Thursday, June 14, 2012


I like the idea of greeting and parting with the words, "I see you." This is something I've always said to my pets over the years when they would try to get my attention or if they were proud of something they were doing. I wanted them to know I was here and reassure them that I was tuned into them. Not that they always knew exactly what I was saying but they seemed pleased when I said it anyway.

Then when Avatar came out several years ago I couldn't help but notice this was the greeting they used. Seeing that got me thinking about the broader meaning. Isn't that what we all want; to be seen, really seen and acknowledged? 

This is even more true for me now that I have an invisible illness. Being seen and acknowledged is what I hope you all have in your life.

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  1. This is the greeting the Indowy use in the "Legacy of the Aldenata" universe. (Which far predates "Avatar," not that I think they stole it.) Since the Indowy are, in their trillions, the slaves of a very cruel race called the Darhel, their whole lives are a struggle for dignity. The Darhel won't use it: when the Indowy encounter humans, who will, it very literally demonstrates the difference between us (and why the Indowy are on our side.)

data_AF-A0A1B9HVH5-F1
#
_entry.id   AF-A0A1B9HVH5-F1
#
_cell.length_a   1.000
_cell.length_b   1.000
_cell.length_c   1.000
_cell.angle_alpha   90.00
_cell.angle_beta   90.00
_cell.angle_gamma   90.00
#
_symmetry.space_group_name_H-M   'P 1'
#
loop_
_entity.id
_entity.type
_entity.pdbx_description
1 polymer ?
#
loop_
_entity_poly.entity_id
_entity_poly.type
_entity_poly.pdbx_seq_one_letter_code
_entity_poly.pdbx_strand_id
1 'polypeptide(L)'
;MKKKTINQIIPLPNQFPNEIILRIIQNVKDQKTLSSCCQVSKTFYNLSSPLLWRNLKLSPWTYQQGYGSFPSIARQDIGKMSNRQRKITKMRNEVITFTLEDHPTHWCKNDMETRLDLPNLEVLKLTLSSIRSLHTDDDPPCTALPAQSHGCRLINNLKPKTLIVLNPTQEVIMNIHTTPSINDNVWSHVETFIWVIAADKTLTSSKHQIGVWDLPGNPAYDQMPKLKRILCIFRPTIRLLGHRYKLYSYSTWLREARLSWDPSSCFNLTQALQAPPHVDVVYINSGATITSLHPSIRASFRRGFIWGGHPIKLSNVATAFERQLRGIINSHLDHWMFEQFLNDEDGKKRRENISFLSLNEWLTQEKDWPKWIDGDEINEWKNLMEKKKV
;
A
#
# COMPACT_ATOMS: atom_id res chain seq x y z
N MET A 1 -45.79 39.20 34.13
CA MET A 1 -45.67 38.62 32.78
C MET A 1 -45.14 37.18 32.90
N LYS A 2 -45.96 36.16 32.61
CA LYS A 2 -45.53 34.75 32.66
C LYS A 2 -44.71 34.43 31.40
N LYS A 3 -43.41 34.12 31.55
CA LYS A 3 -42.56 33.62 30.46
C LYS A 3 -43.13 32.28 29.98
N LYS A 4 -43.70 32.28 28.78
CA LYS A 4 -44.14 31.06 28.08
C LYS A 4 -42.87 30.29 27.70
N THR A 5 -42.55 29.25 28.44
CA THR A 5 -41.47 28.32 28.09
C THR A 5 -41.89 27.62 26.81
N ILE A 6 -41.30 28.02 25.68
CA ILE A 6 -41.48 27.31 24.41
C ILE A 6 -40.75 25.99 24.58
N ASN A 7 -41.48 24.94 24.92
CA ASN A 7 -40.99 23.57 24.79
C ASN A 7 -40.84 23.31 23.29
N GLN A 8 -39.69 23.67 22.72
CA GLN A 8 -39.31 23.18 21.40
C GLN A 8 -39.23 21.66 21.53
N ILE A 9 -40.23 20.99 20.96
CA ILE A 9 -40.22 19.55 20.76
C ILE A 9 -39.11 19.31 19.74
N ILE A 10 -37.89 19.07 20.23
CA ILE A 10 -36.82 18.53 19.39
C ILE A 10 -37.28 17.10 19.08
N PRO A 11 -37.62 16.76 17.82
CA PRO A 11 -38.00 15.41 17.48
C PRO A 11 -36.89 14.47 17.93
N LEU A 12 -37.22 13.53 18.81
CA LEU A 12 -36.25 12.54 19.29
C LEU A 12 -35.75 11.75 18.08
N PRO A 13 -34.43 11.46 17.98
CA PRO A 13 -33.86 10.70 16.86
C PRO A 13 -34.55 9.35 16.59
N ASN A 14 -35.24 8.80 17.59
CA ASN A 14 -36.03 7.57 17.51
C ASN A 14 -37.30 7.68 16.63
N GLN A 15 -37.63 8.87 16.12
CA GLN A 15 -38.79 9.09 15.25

There was also an episode of the "Twilight Zone" remake series where the ultimate social sanction was to be made "invisible." (This actually consisted of a very prominent marking on people who had been so sanctioned. No one would speak to or acknowledge in any way a person who had been so marked.) The protagonist of the episode, a military-grade a-hole, thought that having everyone ignore him would be awesome, but then he found out what it was like... At the end of the show, he has become empathetic, and after his sentence is lifted and he encounters another invisible person who is half-mad with isolation, he takes her by the shoulders and says, "I see you."

  2. Having a chronic or invisible illness makes you more aware of your mortality. I think this is what makes us want to be seen (and heard).